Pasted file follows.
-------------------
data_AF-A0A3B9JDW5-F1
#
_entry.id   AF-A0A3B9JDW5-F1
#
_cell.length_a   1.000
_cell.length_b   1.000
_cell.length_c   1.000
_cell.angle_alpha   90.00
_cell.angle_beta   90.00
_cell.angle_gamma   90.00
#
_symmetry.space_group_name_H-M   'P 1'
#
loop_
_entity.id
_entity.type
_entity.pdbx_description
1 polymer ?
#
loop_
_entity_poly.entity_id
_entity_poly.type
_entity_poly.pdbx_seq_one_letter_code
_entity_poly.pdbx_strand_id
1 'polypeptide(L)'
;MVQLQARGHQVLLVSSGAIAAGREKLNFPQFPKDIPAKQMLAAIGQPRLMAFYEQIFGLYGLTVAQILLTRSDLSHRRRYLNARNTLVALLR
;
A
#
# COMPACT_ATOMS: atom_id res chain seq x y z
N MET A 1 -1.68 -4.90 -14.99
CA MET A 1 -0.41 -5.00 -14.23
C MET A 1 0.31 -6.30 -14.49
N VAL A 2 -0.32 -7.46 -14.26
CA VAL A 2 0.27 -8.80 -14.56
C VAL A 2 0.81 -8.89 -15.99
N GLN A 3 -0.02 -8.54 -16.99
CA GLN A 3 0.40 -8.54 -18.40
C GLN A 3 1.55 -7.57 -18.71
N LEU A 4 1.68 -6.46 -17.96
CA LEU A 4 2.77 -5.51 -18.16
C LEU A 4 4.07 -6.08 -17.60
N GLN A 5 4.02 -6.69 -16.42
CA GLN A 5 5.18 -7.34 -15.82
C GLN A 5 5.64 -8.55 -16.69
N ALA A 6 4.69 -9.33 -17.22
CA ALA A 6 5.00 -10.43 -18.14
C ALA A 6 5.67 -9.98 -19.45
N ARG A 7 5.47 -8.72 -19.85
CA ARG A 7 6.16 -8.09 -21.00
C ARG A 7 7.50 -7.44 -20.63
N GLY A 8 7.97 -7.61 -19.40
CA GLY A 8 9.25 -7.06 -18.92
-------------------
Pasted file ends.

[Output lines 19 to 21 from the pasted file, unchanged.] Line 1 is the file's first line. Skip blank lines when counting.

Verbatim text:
#
loop_
_entity_poly.entity_id